Saturday, January 04, 2014

Lab Notebook: Strange connections between baseball and Netflix

I discovered another repeating pattern for problem solving in baseball scouting and ... movie classification. In baseball, scouts and managers have to process a lot of vague information about many prospects. Nate Silver writes how Billy Beane ("a phenom in baseball management" and the main character in Moneyball, one of my favorite movies about sports) addressed the problem:

...when we have trouble categorizing something, we’ll often overlook it or misjudge it. This is one of the reasons that Beane avoids what he calls “gut-feel” decisions. (The Signal and the Noise. 2013.)

In short, Beane developed an elaborate system and a large number of explicit categories that his brain could rationally handle instead of relying on subconscious, gut-feel decisions. Using lots of  categories enabled him to pick the right player among many candidates.

Where do people experience a similar problem? In "scouting" movies on Netflix! To help users solve the problem, Netflix engineers developed a detailed content categorization system with thousands of fine distinctions, so that people can select the right movie among lots of candidates. Here's an example of their movie subjects:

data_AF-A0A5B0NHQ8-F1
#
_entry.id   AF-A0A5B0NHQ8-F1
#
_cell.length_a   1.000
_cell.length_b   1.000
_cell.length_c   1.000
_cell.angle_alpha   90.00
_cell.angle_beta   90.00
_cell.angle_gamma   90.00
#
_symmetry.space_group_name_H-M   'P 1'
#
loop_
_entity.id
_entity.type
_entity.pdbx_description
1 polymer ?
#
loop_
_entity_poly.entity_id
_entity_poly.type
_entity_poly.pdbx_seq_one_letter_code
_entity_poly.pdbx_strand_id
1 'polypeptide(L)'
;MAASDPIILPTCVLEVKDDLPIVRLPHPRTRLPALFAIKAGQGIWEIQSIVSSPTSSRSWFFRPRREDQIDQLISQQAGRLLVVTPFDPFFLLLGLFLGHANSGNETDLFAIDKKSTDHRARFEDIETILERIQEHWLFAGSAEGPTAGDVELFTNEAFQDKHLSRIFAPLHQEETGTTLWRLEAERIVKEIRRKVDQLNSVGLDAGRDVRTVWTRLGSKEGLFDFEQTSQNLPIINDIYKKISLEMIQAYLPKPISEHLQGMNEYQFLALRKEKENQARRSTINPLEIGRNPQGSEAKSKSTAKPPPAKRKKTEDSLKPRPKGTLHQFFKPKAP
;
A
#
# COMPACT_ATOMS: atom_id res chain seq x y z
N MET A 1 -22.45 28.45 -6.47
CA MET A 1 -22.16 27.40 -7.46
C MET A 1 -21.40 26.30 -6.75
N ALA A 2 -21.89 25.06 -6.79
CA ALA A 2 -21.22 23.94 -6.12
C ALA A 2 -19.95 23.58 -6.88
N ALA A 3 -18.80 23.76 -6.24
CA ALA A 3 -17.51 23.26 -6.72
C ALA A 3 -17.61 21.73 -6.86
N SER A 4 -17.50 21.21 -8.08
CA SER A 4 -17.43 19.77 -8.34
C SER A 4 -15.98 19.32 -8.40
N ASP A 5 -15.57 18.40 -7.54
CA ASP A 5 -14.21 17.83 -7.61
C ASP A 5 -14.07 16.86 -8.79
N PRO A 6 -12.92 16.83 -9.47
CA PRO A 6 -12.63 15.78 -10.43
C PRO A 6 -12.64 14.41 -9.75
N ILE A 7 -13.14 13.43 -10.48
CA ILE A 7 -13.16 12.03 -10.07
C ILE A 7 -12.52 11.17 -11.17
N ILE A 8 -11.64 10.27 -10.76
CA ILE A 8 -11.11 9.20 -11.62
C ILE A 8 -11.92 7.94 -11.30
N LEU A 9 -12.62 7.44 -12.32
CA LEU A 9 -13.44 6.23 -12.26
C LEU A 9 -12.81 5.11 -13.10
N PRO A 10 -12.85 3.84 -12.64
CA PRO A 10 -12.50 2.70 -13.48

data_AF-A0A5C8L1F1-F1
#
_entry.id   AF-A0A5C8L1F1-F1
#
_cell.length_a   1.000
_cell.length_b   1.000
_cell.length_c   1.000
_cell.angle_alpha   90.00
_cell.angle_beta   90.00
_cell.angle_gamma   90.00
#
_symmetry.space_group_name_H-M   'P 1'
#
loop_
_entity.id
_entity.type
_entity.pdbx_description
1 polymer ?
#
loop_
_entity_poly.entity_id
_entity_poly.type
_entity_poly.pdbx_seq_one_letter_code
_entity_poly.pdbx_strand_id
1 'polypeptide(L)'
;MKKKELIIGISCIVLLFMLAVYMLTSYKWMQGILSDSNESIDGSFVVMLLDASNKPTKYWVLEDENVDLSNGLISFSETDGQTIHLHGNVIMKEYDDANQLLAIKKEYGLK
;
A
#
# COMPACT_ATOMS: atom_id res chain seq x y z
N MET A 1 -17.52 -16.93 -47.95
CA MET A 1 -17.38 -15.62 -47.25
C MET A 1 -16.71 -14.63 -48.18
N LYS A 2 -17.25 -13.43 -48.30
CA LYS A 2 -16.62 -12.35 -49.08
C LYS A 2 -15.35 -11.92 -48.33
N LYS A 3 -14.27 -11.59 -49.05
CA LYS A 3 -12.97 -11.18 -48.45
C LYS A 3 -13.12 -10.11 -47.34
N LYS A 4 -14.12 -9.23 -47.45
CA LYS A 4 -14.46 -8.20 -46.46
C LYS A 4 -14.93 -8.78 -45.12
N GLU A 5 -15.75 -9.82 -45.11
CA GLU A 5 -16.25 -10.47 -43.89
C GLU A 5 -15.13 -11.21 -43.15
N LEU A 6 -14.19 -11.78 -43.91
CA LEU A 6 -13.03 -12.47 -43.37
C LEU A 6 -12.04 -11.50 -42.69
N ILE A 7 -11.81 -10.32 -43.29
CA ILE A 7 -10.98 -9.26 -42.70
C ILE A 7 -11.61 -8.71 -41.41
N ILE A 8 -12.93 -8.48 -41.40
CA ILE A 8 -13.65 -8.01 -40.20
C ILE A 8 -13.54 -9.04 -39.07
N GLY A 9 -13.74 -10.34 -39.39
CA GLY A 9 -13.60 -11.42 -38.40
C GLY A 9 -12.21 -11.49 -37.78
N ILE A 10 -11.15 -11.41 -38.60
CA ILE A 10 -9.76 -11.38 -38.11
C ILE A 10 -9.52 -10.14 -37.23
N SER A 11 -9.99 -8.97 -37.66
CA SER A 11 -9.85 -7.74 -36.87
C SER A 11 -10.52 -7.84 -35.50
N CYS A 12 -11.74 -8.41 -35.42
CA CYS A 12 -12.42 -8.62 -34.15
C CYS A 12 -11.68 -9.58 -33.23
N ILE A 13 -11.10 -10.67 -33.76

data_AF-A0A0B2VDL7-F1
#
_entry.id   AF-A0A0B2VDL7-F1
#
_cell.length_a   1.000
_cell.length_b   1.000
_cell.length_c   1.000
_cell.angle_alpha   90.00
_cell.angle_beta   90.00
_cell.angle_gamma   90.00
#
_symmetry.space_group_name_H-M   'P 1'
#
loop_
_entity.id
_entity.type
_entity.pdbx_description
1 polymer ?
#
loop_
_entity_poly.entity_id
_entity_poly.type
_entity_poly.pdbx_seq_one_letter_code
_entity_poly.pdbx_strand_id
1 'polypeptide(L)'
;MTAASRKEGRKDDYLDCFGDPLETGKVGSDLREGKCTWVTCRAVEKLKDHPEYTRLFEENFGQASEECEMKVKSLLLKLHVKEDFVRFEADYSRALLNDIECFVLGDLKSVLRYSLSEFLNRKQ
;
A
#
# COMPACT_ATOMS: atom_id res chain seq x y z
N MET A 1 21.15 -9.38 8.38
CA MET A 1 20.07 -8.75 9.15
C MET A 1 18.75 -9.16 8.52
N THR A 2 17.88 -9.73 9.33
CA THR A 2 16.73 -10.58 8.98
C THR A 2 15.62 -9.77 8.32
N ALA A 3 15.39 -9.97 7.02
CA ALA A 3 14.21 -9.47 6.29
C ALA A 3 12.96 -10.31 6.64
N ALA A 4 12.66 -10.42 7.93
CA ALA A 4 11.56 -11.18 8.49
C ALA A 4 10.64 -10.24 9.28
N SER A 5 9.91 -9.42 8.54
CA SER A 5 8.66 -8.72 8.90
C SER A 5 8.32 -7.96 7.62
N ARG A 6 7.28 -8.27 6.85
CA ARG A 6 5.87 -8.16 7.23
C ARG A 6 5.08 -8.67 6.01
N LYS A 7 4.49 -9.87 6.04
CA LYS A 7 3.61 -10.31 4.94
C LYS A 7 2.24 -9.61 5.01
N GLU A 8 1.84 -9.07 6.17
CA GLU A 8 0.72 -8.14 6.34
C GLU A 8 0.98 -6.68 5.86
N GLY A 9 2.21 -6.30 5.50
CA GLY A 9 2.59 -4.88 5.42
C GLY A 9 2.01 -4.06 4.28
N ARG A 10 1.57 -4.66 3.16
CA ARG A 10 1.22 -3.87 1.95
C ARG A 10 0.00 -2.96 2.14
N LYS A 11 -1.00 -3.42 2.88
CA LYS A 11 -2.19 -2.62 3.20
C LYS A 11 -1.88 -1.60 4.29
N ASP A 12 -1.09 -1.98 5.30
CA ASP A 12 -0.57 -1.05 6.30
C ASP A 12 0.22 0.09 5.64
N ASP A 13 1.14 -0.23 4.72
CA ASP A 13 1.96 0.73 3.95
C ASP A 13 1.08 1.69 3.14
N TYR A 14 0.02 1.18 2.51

Source: Alexis C. Madrigal. How Netflix Reverse Engineered Hollywood. The Atlantic. Jan 2, 2014.

A couple of learning points:
- In Scalable Innovation (Chapter 5), we talk about the concept of "Aboutness" - an element that facilitates decision making in systems. The Netflix chart above would be a great way to show how generating movie aboutness helps solve detection problems for the users.
- "Gut-feel" decisions are a poor substitute for systematic thinking about the problem. Fundamentally, they are limited by our working memory and don't scale to handle complex choice situations.

tags: aboutness, problem, solution, detection, control, pattern

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